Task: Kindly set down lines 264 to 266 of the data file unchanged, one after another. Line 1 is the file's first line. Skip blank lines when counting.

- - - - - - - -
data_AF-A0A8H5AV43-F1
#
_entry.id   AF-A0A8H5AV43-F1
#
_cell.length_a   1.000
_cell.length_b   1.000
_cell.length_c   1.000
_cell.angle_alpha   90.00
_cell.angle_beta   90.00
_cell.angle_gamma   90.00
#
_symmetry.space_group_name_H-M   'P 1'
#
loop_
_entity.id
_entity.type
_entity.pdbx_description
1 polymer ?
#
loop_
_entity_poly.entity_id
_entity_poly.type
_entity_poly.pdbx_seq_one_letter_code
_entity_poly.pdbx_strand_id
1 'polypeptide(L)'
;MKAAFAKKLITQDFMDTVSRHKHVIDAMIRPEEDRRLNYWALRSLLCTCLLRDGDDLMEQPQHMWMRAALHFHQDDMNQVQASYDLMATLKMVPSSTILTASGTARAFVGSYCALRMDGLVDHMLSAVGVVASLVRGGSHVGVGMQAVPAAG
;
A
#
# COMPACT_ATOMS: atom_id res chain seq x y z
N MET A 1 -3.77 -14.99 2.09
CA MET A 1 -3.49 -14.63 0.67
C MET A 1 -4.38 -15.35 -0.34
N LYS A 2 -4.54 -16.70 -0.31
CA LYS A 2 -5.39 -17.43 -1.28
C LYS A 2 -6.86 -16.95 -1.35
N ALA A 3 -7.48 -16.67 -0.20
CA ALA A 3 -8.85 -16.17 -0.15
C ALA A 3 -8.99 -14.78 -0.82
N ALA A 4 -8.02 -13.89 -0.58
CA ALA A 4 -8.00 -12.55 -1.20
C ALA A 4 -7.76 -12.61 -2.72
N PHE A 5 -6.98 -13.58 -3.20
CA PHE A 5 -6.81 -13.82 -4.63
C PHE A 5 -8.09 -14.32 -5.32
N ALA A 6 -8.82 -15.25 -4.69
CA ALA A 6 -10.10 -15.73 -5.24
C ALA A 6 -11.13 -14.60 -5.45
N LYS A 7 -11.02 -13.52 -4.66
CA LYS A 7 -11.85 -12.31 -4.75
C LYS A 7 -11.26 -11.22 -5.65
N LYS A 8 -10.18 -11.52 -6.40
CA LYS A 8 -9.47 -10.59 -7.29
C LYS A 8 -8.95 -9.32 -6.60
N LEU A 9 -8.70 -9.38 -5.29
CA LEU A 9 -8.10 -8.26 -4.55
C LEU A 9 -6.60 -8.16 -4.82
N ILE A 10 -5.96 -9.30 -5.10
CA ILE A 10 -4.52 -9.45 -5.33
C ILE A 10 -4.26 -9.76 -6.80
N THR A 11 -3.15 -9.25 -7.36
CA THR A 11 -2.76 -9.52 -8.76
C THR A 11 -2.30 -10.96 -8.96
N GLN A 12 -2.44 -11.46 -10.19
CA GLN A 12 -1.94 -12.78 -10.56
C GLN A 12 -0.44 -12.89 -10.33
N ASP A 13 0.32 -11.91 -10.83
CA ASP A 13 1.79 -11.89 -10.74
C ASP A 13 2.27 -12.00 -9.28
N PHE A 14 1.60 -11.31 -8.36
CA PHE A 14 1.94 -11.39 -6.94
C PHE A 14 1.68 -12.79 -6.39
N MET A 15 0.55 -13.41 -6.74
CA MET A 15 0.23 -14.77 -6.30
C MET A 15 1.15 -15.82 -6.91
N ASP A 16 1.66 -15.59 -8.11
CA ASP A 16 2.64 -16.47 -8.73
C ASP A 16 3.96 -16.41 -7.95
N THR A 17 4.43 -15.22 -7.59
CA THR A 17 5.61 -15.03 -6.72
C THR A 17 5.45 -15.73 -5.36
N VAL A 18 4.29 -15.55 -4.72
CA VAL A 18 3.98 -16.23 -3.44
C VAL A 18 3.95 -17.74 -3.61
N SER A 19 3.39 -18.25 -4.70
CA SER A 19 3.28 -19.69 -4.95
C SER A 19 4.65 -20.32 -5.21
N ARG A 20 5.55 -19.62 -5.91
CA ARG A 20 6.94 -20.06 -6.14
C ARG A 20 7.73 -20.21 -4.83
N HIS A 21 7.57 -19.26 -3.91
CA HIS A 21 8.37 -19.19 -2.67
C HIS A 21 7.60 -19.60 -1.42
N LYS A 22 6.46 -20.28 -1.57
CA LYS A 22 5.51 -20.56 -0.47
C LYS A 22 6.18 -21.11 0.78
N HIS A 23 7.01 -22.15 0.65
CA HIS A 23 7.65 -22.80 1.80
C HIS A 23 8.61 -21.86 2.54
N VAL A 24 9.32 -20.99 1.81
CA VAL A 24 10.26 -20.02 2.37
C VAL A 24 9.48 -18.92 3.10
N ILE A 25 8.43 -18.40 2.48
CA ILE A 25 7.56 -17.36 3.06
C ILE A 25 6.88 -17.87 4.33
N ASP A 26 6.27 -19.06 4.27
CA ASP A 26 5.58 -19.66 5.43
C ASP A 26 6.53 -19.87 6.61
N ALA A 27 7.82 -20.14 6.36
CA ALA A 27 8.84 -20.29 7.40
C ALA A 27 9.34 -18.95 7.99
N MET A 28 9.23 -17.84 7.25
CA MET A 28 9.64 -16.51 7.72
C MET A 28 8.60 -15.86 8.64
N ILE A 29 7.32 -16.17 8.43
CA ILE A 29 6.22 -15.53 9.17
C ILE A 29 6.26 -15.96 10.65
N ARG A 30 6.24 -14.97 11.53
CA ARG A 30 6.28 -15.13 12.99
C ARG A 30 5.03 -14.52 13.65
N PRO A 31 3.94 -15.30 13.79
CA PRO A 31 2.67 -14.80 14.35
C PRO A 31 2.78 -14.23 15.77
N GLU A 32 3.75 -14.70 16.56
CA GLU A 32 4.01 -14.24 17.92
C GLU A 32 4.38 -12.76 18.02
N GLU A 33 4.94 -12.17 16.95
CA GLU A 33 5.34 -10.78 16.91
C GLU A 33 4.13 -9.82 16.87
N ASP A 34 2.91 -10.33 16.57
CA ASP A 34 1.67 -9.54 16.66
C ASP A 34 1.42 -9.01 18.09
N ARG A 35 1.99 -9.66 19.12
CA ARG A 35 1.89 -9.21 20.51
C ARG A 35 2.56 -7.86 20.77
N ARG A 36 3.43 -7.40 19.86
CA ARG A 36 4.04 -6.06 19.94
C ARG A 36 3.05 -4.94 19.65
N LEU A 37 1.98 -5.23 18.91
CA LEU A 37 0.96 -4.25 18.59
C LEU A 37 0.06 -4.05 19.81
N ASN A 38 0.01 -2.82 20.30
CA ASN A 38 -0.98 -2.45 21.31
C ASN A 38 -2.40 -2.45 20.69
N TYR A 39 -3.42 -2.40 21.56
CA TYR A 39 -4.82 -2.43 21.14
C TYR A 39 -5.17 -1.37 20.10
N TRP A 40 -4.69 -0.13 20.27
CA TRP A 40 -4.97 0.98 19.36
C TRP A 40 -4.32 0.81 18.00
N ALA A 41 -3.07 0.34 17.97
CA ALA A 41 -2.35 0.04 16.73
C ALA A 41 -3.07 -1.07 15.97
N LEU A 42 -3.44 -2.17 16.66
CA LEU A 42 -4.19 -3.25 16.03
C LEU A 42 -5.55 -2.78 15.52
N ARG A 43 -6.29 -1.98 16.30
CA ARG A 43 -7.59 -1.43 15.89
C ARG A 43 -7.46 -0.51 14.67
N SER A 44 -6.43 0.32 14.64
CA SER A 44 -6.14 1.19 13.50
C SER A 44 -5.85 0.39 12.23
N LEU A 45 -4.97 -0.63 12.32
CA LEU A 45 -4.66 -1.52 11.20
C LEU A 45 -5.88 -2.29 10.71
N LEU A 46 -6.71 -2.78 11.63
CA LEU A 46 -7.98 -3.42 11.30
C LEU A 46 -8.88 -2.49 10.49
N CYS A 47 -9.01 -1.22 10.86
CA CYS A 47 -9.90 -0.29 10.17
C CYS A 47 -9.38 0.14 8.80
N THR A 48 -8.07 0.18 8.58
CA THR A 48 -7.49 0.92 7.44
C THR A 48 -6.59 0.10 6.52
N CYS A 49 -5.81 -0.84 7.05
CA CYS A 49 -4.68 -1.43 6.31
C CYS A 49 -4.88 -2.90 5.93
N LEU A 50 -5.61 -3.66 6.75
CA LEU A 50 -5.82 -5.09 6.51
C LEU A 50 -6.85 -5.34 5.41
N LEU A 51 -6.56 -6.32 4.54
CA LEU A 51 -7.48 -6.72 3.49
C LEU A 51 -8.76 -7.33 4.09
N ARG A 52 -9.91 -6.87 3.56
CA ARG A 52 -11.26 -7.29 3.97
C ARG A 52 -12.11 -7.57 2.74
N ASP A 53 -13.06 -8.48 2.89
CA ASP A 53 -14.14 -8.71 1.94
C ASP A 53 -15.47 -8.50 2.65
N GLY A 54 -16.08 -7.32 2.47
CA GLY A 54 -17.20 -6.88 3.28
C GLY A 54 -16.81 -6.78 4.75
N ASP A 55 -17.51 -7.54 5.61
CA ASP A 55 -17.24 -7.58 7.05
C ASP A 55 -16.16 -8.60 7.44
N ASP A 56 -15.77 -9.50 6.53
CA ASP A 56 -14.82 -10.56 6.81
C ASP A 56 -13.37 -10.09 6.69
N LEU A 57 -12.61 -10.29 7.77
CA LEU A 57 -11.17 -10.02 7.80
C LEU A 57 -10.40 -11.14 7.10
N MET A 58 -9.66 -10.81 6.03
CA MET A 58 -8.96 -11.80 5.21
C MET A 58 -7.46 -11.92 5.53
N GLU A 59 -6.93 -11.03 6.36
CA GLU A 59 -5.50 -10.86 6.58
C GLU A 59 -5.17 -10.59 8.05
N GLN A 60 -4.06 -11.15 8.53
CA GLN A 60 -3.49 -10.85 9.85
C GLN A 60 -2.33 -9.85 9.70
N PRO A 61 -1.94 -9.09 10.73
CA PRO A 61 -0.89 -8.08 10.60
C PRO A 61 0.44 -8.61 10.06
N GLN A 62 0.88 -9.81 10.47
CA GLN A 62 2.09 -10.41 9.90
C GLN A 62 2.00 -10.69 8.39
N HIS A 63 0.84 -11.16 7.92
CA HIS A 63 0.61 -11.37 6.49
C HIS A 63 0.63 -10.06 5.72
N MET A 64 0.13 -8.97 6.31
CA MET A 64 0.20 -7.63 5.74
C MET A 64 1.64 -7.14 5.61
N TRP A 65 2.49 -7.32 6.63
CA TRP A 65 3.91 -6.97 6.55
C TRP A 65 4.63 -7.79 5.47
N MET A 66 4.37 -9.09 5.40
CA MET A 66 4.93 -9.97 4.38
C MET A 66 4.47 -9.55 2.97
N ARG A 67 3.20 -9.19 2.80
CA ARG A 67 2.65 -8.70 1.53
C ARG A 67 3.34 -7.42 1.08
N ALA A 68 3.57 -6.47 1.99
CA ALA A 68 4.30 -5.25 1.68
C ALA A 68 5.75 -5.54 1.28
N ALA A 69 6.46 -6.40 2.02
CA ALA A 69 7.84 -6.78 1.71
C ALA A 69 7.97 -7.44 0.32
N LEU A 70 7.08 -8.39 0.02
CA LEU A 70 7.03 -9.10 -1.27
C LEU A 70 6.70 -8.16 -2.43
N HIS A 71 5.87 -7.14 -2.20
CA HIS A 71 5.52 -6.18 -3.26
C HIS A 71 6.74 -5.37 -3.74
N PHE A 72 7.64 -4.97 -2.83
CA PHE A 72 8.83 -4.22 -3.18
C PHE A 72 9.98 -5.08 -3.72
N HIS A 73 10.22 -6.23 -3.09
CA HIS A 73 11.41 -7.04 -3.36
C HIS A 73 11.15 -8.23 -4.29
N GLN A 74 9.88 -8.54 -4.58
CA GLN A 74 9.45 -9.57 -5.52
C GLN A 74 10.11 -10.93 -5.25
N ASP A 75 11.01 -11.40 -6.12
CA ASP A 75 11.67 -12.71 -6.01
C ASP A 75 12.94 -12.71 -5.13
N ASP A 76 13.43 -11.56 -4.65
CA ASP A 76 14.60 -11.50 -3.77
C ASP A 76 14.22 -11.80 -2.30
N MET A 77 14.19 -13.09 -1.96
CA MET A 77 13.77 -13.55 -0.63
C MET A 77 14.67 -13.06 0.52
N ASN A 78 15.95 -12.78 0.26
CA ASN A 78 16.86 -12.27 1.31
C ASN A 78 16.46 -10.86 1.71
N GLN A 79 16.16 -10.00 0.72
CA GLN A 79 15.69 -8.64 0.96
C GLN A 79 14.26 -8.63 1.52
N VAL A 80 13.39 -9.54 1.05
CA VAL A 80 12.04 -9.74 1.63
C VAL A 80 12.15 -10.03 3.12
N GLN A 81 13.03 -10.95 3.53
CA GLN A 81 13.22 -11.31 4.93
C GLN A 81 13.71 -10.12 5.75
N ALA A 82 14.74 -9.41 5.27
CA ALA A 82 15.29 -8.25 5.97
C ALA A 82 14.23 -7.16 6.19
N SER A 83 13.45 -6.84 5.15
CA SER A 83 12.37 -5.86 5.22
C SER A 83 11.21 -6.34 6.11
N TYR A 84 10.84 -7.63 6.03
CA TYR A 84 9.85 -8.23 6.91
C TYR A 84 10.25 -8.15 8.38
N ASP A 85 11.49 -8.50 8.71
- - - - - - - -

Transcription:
C ASN A 78 16.46 -10.86 1.71
N GLN A 79 16.16 -10.00 0.72
CA GLN A 79 15.69 -8.64 0.96